Can dogs get colds?

Can dogs catch a cold? While winter might bring on a case of the sniffles for us, can it affect our dogs in the same way? Petplan vet Brian Faulkner has the answers.

Hearing your dog start to cough, or seeing them with a runny nose and looking under the weather, is a worrying time for pet parents. But do dogs catch the same type of colds that we do?

Can my dog catch a cold?

You may be wondering, ‘can dogs catch a cold from humans?’ or even ‘can I catch a cold from my dog?’ Thankfully the answer to both these questions is no. While there’s a lot of confusing information on the internet, dogs can’t catch a cold from humans as they are not susceptible to the same common cold virus that affects us.

But you may notice that your dog has similar symptoms, including a dripping nose, sneezing, watery eyes and a persistent cough. The cough can sound quite frightening (like a honking goose) and each bout usually ends with your dog gagging or retching. These are actually the classic symptoms of kennel cough, an infection of the upper airways.

How do dogs catch kennel cough?

Kennel cough is typically caused by a type of bacteria called Bordatella Bronchiseptica and/or parainfluenza virus infection. Kennel cough is highly contagious and is spread from dog to dog through minute droplets of saliva or by contact with surfaces an infected dog has touched or been close to. An infected dog can shed the infection for weeks. It can be picked up at any time of year, from anywhere that brings your dog into contact with other dogs – such as the park, or after a stay at a kennel, as the name suggests. Symptoms of kennel cough will usually appear between three and 10 days after exposure to the infection.

Can kennel cough be prevented?

Yes, there’s one simple way to protect your pet from most strains of kennel cough: a yearly vaccination. Puppies can have their first vaccine from as young as eight weeks old. Your vet will give your dog the kennel cough vaccine in the form of nasal or oral drops that help protect them from 90% of kennel cough strains. Bear in mind that you’ll need to budget for this small yearly cost, as vaccines aren’t covered under most dog insurance policies.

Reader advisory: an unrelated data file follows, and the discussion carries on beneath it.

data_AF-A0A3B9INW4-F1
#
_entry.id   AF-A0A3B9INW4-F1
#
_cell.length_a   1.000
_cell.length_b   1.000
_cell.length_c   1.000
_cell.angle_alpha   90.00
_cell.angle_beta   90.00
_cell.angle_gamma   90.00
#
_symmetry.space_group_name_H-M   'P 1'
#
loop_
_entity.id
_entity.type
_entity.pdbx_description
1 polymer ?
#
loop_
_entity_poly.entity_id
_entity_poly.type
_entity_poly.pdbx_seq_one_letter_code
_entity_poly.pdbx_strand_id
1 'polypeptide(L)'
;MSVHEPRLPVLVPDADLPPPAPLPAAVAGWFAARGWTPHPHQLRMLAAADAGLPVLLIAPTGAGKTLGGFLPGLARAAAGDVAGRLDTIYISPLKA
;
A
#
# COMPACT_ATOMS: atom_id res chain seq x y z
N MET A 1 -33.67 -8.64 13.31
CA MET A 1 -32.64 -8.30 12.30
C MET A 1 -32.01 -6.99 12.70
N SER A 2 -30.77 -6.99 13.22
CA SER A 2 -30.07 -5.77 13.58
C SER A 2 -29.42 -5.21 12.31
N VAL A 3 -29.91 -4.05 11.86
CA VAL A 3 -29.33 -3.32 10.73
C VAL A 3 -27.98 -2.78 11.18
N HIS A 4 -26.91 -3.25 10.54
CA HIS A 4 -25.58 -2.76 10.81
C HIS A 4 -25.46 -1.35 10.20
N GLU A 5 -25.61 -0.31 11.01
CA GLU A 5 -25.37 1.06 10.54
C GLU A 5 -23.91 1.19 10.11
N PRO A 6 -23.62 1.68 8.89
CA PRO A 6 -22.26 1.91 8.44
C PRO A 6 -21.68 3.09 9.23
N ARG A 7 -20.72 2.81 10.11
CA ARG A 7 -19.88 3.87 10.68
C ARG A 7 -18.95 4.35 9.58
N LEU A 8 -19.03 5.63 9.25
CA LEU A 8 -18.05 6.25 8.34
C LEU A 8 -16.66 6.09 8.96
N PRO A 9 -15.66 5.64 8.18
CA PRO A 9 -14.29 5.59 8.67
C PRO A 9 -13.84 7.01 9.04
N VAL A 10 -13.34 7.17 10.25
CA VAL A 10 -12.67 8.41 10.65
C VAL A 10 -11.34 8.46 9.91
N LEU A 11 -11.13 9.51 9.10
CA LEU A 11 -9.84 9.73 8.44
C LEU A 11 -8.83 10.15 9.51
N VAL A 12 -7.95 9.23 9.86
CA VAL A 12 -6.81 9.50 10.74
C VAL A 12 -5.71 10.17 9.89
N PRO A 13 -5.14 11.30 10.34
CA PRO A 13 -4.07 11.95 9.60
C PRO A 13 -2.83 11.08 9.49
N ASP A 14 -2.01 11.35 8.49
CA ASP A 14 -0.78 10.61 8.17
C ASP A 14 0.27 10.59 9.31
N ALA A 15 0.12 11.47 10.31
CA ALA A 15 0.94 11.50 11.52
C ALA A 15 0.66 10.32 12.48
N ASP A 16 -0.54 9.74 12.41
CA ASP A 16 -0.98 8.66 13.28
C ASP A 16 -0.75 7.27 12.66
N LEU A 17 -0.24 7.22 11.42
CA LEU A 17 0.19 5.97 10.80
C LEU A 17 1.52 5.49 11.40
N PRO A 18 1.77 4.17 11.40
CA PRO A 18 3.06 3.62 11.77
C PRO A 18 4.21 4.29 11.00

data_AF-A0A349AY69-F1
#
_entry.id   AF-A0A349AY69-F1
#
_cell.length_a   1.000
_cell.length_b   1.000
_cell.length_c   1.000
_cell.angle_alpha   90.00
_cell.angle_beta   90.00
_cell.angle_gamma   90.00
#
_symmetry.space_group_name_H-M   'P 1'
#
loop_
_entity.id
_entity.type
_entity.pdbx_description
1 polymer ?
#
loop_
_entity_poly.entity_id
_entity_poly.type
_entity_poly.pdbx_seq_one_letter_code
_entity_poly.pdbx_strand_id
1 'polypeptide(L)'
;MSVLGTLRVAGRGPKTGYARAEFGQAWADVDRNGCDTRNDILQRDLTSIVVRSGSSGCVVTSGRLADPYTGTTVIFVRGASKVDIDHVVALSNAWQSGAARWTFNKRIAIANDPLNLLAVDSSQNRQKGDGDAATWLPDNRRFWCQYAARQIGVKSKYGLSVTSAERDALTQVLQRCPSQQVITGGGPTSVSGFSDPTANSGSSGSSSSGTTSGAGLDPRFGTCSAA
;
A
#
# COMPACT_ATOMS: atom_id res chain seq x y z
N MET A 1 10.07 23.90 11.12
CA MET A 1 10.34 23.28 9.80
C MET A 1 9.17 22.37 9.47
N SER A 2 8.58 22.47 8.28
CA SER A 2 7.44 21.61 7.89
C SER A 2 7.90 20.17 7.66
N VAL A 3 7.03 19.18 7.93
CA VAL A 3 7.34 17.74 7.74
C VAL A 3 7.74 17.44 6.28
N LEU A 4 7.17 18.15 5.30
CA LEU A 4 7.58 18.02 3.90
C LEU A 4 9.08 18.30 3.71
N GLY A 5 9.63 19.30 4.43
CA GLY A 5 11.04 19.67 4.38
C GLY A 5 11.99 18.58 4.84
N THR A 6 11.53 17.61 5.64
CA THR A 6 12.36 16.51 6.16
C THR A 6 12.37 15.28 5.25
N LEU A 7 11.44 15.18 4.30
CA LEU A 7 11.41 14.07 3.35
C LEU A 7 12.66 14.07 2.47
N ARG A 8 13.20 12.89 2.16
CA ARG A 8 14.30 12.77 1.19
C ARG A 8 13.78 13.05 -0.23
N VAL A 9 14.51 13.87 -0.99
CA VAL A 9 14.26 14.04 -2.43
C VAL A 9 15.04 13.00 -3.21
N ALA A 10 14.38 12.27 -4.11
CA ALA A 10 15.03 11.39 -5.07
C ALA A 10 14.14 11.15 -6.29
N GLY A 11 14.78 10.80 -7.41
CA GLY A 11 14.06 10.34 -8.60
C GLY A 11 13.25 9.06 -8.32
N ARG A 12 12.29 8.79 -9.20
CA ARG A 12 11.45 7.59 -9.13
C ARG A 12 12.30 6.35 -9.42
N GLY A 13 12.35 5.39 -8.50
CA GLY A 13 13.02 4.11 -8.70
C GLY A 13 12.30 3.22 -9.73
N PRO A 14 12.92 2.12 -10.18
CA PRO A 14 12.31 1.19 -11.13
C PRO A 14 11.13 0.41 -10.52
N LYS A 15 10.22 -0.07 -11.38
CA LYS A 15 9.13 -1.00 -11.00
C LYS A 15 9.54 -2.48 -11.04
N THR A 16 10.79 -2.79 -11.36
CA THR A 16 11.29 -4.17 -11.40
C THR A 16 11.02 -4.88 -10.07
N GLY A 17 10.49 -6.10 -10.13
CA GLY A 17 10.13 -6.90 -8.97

You can also help your dog fend off infections and keep their immune system strong by feeding them a good diet and ensuring they get plenty of exercise.

Can kennel cough be a risk to a dog’s long-term health?

Kennel cough is very common and many dogs will suffer from it at some point in their lives. In the vast majority of cases it won’t cause any further problems. The honking cough lasts about two weeks and most dogs get better without any treatment. But if your dog is older, or has a pre-existing heart or lung condition, you’ll need to watch them carefully and speak to your vet about possible treatments.

When should you consult a vet about kennel cough?

In most cases, kennel cough will clear up on its own, but you’ll need to ask your vet for advice if your dog coughs persistently for more than three days and isn’t showing any signs of improvement, if they aren’t eating, or if the cough causes them to vomit. Your vet may recommend a cough suppressant or anti-inflammatory drugs to ease the cough and help your dog to sleep and eat. Antibiotics won’t usually be prescribed unless your vet believes your dog has developed a secondary infection in their lungs – which is less likely, but can happen.

How should kennel cough be treated at home?

You can ease your dog’s symptoms by encouraging them to drink lots of water. You can also consider keeping them in a quiet place, such as a bedroom, so their surroundings are as calm as possible. Ensure they have no cause to bark, which can bring on a bout of coughing.

If you do need to take your dog outside, swap their collar for a harness, since pulling on the neck can make coughing worse. A well-ventilated, smoke-free home will also help reduce the urge to cough.

Keep your dog away from other dogs, including any dogs you may have in your household, while they are ill and for at least a week after the coughing has cleared up. This will help to prevent the infection from spreading.

Has your dog ever been affected by kennel cough? What helped ease their symptoms? Share your tips with us on our Facebook page.

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